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Two Stanford students named Rhodes Scholars for 1993
STANFORD -- Two Stanford University students - Erez Kalir, a Phi Beta Kappa scholar who combines interests in the humanities and sciences, and Fayyaz Nurmohamed, a history honors student who has done extensive volunteer work with Muslim youth groups - have been named Rhodes Scholars for 1993.
Kalir, a senior majoring in English and biology, is among the 32 American students chosen for the honor, which provides fees and living expenses for two years of study at Oxford University in England.
Nurmohamed, a senior from Richmond, British Columbia, a suburb of Vancouver, was chosen as one of Canada's 11 Rhodes Scholars.
Kalir, 20, was born in Israel and moved with his family to the United States when he was 5. His home town is Berkeley. Nurmohamed, 21, was born in Kenya and immigrated with his family to Canada when he was 2.
Kalir spent two quarters last year at Stanford's program in Oxford. The experience, he said, was the highlight of his Stanford education and sparked his interest in applying for a Rhodes scholarship.
At Oxford, he said, he was able to follow his interests in science and literature. "I worked in a genetics lab at the same time I was doing research in the Bodleian Library."
As a Rhodes Scholar, he plans to continue his interdisciplinary approach, studying the way language expresses hardship, from both a literary and a biological perspective.
Kalir is writing an English honors thesis on the efforts of two poets, Paul Celan and Dan Pagis, "to destabilize and subvert mythical reconstructions of the Holocaust ingrained in their societies' collective memories." Last spring and summer, with the help of a grant from Stanford, he traveled to Berlin, Auschwitz and Jerusalem to do research for the thesis.
Kalir said he owes a lot to his professors, in particular to English professors John Felstiner, his thesis adviser; Shirley Brice Heath; and Marjorie Perloff.
Kalir plans a career as a professor, and in addition to teaching would like to work on making connections between universities and the public school system.
He has seen the need for such connections, he said, during his volunteer work as teacher of debate and poetry at Logan High School in Union City. Two years ago, he received a grant from the Stanford Humanities Center to teach a summer course in ethnic poetry at Logan.
That summer, he said, brought him into contact with students "who face violence, poverty and emotional deprivation in their everyday lives. My challenge was to make links between what we did in class and their lives. I feel I learned more from that experience than I taught the kids."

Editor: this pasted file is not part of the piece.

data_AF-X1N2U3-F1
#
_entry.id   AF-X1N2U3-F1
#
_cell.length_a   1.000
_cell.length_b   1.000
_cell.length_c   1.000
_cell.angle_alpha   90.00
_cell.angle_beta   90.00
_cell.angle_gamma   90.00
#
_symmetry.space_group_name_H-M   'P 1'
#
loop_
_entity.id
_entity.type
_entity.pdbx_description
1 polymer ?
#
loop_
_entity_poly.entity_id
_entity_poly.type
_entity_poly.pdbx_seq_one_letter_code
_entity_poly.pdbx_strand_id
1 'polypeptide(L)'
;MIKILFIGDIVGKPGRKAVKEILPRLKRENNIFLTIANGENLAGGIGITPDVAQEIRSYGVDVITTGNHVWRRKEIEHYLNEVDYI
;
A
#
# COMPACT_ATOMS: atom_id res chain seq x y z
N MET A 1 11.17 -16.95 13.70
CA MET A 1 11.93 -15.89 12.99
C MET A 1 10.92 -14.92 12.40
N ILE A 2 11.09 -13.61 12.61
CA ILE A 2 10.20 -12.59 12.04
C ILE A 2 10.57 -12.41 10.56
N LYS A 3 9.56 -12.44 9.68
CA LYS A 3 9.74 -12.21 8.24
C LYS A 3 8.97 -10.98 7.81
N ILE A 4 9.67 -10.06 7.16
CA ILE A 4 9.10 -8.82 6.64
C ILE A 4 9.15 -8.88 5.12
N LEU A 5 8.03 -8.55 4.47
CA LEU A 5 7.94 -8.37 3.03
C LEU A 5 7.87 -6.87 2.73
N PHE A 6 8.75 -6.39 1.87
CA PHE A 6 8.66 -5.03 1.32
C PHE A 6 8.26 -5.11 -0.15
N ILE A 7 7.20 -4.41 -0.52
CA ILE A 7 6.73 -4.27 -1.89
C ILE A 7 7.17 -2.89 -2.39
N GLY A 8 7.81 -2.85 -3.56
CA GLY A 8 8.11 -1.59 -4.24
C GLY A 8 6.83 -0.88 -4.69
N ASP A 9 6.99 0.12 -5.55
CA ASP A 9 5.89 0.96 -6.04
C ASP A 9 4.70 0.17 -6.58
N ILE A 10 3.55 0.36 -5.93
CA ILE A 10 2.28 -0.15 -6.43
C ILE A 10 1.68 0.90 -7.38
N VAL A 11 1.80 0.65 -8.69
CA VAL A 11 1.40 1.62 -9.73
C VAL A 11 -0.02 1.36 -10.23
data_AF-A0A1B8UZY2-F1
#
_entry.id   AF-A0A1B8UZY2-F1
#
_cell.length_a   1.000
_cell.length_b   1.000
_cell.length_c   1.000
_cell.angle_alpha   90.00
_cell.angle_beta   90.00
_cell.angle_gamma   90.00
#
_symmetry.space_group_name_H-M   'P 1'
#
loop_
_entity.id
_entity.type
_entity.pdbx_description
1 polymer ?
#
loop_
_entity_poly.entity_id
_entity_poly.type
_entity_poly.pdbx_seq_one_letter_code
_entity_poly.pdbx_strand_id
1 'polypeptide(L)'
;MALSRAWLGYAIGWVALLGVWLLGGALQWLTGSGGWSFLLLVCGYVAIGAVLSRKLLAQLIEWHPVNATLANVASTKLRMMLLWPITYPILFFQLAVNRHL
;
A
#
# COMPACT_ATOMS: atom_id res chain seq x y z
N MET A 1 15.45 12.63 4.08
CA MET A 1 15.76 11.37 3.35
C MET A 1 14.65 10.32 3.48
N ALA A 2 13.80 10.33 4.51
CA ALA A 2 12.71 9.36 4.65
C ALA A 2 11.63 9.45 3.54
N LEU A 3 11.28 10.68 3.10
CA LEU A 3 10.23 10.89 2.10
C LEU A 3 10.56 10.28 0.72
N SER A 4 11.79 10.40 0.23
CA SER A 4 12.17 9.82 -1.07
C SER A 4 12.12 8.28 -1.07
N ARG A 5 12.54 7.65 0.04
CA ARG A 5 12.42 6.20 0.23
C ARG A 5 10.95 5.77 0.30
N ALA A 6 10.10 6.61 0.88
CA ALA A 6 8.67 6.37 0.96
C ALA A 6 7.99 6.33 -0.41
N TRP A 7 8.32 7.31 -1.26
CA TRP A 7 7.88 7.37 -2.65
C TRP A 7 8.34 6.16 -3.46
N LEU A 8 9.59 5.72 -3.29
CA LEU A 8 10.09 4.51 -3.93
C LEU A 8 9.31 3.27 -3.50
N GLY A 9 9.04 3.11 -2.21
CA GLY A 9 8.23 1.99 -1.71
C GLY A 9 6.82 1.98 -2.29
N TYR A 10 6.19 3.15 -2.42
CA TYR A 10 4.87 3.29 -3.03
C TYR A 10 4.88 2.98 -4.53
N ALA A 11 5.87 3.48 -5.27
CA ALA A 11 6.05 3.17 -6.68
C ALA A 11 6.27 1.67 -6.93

In addition to having taught debate at Logan since he was a freshman, Kalir is an officer of the Stanford Debate Society.
Nurmohamed said that one of the formative experiences of his life was his selection to attend, on full scholarship, United World College of the Adriatic in Trieste, Italy. He went to Trieste after his junior year in high school, and spent two years there with 200 students from more than 70 countries. Among the internationally diverse group in Trieste, he said, "I was challenged to take responsibility for my ideas, convictions and values."
At Oxford, Nurmohamed plans to study Islamic/Middle Eastern history. After that, he foresees more graduate work in history and a career in university teaching, although, he said, he has not ruled out law school.
At Stanford, Nurmohamed is doing an honors history thesis on aspects of modern Ismaili history. The Ismaili are a branch of Shia Muslims. He has worked closely with his thesis adviser, history associate professor Joel Beinin, who specializes in the Middle East.
Nurmohamed's volunteer work also focuses on the Ismaili community. He is a member of the Shia Ismaili Youth and Sports Committee for Northern California and for the past eight years has been a member of the Aga Khan Volunteer Corps in Vancouver, where his responsibilities have included caring for elder members of the Ismaili community and planning and initiating fund-raising activities.
At Stanford, Nurmohamed has been an advising associate for freshmen and a writing tutor. He is also a member of the newly formed Stanford Middle East Focus Group.
Kalir and Nurmohamed are Stanford's 69th and 70th Rhodes Scholars.
Rhodes scholarships were established in 1902 by the estate of Cecil Rhodes, the British colonialist and philanthropist, who hoped that the scholarships would contribute to world understanding and peace.
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